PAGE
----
Trainee solicitor at Just for Kids Law

There are no lawyers in my family; none even in my home town in Poland. I was the first of my family to go to university. My decision to go into law was influenced by Poland’s political transformation in the 1990s. I remember vividly feeling something remarkable was happening and the collective sense of freedom and hope. But then came also sadness and despair. As state censorship was lifted, the extent of crimes committed by the communist regime was revealed, along with their many victims. Once Poland was free and democratic, people turned to courts to remedy those wrongs. Seeing the determination of victims and their lawyers to right those wrongs inspired me to study law. 

I graduated with a law degree in Poland. Personal circumstances led me to the UK and then to France, where I worked as a case lawyer at the European Court of Human Rights (ECtHR). Working at the ECtHR was a unique opportunity to learn from inspiring lawyers from across Europe. 

It is difficult to overestimate the importance of the European Convention on Human Rights, incorporated into the British legal system through the Human Rights Act. It is an accessible, practical legal tool, enabling applicants to challenge violations of their basic rights, including the right to life, privacy and fair trial, in domestic courts and directly with the ECtHR. I’m alarmed that the UK government intends to repeal the Human Rights Act. This will be a major U-turn for the country which championed the idea of human rights and helped draft the convention.  

When I returned to the UK from France in 2014, I completed my GDL and then LPC, while working as a paralegal in the public law and human rights team of a national firm. I started my training contract at Just for Kids Law in January 2018, and am part of the Legal Education Foundation’s Justice First Fellowship.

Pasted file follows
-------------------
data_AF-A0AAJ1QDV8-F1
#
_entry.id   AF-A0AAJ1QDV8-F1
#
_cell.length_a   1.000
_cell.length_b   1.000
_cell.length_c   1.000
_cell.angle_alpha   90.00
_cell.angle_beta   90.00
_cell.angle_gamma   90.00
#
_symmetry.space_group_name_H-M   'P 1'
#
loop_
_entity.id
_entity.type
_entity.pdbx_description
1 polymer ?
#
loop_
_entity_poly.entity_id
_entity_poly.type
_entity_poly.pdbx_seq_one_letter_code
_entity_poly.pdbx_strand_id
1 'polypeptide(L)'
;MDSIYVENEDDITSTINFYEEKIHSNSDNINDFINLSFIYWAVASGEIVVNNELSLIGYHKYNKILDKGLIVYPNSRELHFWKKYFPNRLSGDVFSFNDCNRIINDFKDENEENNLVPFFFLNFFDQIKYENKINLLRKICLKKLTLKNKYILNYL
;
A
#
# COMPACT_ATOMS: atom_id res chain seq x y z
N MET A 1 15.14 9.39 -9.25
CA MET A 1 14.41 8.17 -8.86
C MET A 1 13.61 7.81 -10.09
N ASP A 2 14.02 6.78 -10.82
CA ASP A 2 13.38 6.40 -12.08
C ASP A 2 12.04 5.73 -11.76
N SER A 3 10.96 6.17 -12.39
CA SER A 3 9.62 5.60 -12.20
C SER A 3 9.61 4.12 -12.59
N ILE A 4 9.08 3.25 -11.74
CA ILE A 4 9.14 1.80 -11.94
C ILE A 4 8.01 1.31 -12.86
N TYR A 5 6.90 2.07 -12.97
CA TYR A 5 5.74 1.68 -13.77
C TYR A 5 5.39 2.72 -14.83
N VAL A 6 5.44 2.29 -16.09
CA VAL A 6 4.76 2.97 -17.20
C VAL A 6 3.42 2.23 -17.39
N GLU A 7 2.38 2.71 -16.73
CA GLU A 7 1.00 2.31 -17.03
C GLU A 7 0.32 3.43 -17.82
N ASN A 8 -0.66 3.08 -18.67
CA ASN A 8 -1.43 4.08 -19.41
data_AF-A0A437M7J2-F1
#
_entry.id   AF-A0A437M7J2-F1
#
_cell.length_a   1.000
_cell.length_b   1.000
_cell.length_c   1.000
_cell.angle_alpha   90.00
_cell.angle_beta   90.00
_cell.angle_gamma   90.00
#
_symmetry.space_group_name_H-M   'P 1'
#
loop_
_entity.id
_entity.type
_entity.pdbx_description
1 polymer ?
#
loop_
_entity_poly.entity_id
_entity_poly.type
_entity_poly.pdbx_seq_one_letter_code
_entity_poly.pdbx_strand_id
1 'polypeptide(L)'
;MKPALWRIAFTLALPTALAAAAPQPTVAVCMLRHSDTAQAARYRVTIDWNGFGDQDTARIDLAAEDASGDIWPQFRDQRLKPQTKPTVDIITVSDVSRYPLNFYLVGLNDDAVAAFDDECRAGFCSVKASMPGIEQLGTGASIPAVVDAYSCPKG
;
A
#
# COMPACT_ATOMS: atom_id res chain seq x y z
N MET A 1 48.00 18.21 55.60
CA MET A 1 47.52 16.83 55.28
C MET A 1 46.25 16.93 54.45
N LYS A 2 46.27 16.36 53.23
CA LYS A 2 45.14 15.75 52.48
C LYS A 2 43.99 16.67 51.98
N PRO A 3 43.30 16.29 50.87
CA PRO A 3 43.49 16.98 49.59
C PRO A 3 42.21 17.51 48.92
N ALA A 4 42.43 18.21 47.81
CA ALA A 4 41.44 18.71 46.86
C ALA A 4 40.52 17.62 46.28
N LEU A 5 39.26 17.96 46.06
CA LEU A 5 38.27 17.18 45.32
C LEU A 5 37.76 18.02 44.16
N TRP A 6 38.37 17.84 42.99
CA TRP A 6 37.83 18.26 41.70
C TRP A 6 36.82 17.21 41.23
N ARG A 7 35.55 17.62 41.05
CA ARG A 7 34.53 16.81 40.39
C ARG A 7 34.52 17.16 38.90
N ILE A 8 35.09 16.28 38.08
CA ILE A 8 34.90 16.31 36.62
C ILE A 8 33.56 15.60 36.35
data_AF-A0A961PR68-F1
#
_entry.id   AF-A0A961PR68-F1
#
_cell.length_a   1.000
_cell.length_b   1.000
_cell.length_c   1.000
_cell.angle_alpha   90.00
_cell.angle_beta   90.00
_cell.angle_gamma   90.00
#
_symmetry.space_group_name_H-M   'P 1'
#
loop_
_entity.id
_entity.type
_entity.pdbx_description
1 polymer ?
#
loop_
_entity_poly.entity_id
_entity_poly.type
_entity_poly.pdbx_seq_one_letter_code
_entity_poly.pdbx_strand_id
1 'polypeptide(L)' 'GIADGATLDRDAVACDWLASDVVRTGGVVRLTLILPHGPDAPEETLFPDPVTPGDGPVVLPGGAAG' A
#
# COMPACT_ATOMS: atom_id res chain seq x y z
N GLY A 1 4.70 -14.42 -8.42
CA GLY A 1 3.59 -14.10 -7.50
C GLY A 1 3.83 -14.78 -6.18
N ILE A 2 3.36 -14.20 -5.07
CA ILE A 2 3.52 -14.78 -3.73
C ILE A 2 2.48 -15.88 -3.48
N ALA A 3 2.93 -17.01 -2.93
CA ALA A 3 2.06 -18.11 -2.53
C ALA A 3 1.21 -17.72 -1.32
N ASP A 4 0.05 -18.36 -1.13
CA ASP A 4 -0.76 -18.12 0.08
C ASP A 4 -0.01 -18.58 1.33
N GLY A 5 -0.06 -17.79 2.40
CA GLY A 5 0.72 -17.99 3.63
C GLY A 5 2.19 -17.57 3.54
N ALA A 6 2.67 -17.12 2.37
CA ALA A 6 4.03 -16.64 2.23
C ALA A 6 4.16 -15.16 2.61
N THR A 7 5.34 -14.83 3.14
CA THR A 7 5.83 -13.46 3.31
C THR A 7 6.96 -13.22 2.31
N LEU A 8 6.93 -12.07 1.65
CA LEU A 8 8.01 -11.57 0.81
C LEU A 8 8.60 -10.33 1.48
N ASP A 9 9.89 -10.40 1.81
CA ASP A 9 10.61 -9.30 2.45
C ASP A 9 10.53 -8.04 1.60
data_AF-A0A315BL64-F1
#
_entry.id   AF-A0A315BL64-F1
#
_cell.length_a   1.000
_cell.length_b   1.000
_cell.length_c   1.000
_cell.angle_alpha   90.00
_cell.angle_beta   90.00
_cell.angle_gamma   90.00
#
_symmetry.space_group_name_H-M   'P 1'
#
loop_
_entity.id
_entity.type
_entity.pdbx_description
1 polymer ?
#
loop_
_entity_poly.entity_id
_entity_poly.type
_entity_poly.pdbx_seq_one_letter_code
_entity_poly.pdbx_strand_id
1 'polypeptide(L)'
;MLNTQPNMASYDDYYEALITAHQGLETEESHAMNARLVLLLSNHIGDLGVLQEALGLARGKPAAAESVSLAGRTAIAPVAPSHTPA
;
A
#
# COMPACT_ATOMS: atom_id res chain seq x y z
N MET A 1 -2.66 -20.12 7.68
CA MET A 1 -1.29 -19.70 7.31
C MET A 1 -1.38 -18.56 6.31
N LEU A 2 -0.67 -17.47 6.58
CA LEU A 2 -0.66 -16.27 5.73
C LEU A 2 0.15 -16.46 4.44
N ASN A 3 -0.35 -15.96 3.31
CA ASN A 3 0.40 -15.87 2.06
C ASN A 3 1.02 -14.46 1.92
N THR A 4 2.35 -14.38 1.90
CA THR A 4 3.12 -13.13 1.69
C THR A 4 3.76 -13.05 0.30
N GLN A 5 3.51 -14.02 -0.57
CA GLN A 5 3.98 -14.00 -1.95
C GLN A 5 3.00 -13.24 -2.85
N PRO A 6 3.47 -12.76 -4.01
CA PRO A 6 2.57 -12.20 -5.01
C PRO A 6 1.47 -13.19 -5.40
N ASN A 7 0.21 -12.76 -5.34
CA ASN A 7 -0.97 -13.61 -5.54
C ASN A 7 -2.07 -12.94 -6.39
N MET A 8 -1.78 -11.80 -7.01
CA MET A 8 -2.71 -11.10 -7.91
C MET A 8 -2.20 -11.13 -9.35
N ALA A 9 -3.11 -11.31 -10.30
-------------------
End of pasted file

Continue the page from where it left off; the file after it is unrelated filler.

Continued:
While children in the legal system are often treated as adults, little effort is made to make them aware of their legal rights

Children are different from adults, although the law does not always recognise this and authorities often try to ignore it. Just for Kids Law has been set up to change this. Before applying for the job, I considered myself well-informed about the state of children’s rights. Working here has opened my eyes to the true extent of the problems children face every day, including homelessness, violence, exclusion, and sexual and criminal exploitation. To those who consider these problems to be marginal, I would say that not a single child should ever be in a position when they desperately need expert legal advice to remedy their circumstances. 

While children in the legal system are often treated as adults, little effort is made to make them aware of their legal rights and entitlements. As part of my Legal Education Foundation Justice First Fellowship, I am working on a project aiming to fill this educational gap in London.

The underfunding of legal aid and the resulting lack of access to justice is by far the most challenging and urgent issue in the justice system today. It impacts on the lives of many who are unable to effectively represent themselves in legal proceedings. 

The government’s long-overdue review of the Legal Aid, Sentencing and Punishment of Offenders Act 2012 makes a number of recommendations, which it intends to develop over the next two years (such as a review of the legal aid means test, expansion of legal aid to cover early advice, and completing a comprehensive review of criminal legal aid fees). It remains to be seen how and when these recommendations will be implemented and whether they will reverse the damage done by LASPO. While there is hope for those who will need legal aid, concern remains over whether the changes will go far enough and whether legal services will be available across the country to make use of the changes. I have heard countless stories of law firms and legal advice centres struggling to replace experienced welfare lawyers who are leaving the profession. More substantive changes to the legal aid funding scheme may be needed for this trend to be reversed.

A big challenge was the anxiety that my English would not be considered good enough to practise in the UK. I am working on this, both in terms of tackling the anxiety and improving my English. Writing this makes me realise how far I’ve come since I first arrived in the UK in 2003. But working with clients made me realise that what really matters to them is that they have a lawyer who is passionate about their case and works hard to achieve the best possible outcome.